Until those with housing need find it significantly easier to purchase a home than those who don't have a housing need then the problems will only get worse.The buy to rent sector should be closely regulated. There needs to be a capital gains tax on BTR property of say 300%, which would deter new investors and persuade some existing land lords to put properties on the market.
Until those with housing need find it significantly easier to purchase a home than those who don't have a housing need then the problems will only get worse.The buy to rent sector should be closely regulated. There needs to be a capital gains tax on BTR property of say 300%, which would deter new investors and persuade some existing land lords to put properties on the market. E=MC^2
  • Score: 4

5:23pm Wed 5 Mar 14

Ichabod76 says...

Do you think Bob Towner considers his time as York Council Director of Housing a success, or part of the problem we now face ?
Do you think Bob Towner considers his time as York Council Director of Housing a success, or part of the problem we now face ? Ichabod76
  • Score: -2

7:33pm Wed 5 Mar 14

Jonthan says...

Badgers Drift wrote:
Rent capping would reduce investment by private landlords, which in turn would reduce housing supply, and create even bigger problems.

Bob Towwner and James Alexander are both wrong.
Welcome back to the fray Rocking Horse.
[quote][p][bold]Badgers Drift[/bold] wrote: Rent capping would reduce investment by private landlords, which in turn would reduce housing supply, and create even bigger problems. Bob Towwner and James Alexander are both wrong.[/p][/quote]Welcome back to the fray Rocking Horse. Jonthan
  • Score: 1

9:00pm Wed 5 Mar 14

Mulgrave says...

roadwars wrote:
Badgers Drift wrote:
Rent capping would reduce investment by private landlords, which in turn would reduce housing supply, and create even bigger problems.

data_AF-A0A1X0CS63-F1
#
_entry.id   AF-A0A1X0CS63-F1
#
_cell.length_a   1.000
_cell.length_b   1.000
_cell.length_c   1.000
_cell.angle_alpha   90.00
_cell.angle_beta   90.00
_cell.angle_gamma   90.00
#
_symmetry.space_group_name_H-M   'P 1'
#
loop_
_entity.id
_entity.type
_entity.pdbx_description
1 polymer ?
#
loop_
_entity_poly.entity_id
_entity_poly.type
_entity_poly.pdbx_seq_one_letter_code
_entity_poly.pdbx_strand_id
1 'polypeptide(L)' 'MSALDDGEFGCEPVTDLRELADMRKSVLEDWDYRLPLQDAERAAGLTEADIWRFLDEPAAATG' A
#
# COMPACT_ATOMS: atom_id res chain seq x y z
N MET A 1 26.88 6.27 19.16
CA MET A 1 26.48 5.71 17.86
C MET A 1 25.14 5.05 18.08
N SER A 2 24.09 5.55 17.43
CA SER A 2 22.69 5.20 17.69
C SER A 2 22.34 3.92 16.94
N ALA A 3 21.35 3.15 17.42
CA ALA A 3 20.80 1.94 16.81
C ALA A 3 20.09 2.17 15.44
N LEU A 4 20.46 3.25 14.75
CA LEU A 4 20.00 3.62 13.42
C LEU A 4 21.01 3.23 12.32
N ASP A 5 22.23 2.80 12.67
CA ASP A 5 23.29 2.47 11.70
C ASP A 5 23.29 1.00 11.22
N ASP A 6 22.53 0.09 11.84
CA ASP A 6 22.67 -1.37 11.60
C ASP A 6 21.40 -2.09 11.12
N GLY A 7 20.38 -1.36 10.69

Bob Towwner and James Alexander are both wrong.
Rent capping would reduce the attractiveness of investment by private landlords, leading to a reduction in the price of houses, meaning that more first time buyers could get their own house and would not need to rent, reducing the requirement for rental properties and further reducing the rent values.

A good thing for most normal people, a bad thing for the landlords who are rapidly becoming the elite class through their unregulated earnings from the poor.
But if you look at the yields, ie rent as a proportion of house price, is it certain any rent control body would stipulate they should be significantly lower than currently? There are plenty of other areas where yields are well above those in York - a York 2 bed terrace costing £150k could be rented for £625 pcm, a yield of 5%. Go somewhere in East Yorkshire with the same house type at £65k and the rent will perhaps be £425 pcm - a yield pushing 8%.
[quote][p][bold]roadwars[/bold] wrote: [quote][p][bold]Badgers Drift[/bold] wrote: Rent capping would reduce investment by private landlords, which in turn would reduce housing supply, and create even bigger problems. Bob Towwner and James Alexander are both wrong.[/p][/quote]Rent capping would reduce the attractiveness of investment by private landlords, leading to a reduction in the price of houses, meaning that more first time buyers could get their own house and would not need to rent, reducing the requirement for rental properties and further reducing the rent values. A good thing for most normal people, a bad thing for the landlords who are rapidly becoming the elite class through their unregulated earnings from the poor.[/p][/quote]But if you look at the yields, ie rent as a proportion of house price, is it certain any rent control body would stipulate they should be significantly lower than currently? There are plenty of other areas where yields are well above those in York - a York 2 bed terrace costing £150k could be rented for £625 pcm, a yield of 5%. Go somewhere in East Yorkshire with the same house type at £65k and the rent will perhaps be £425 pcm - a yield pushing 8%. Mulgrave
  • Score: -1

11:42pm Wed 5 Mar 14

AnotherPointofView says...

The Great Buda wrote:
Isn't this the same person who's wrote into this paper many times attempting to dictate how much money those less fortunate than him can have, and also how they can and cannot spend it?

Funny how the reaction is different once someone tries similar to him...
Can we have this in English please?
[quote][p][bold]The Great Buda[/bold] wrote: Isn't this the same person who's wrote into this paper many times attempting to dictate how much money those less fortunate than him can have, and also how they can and cannot spend it? Funny how the reaction is different once someone tries similar to him...[/p][/quote]Can we have this in English please? AnotherPointofView
  • Score: -3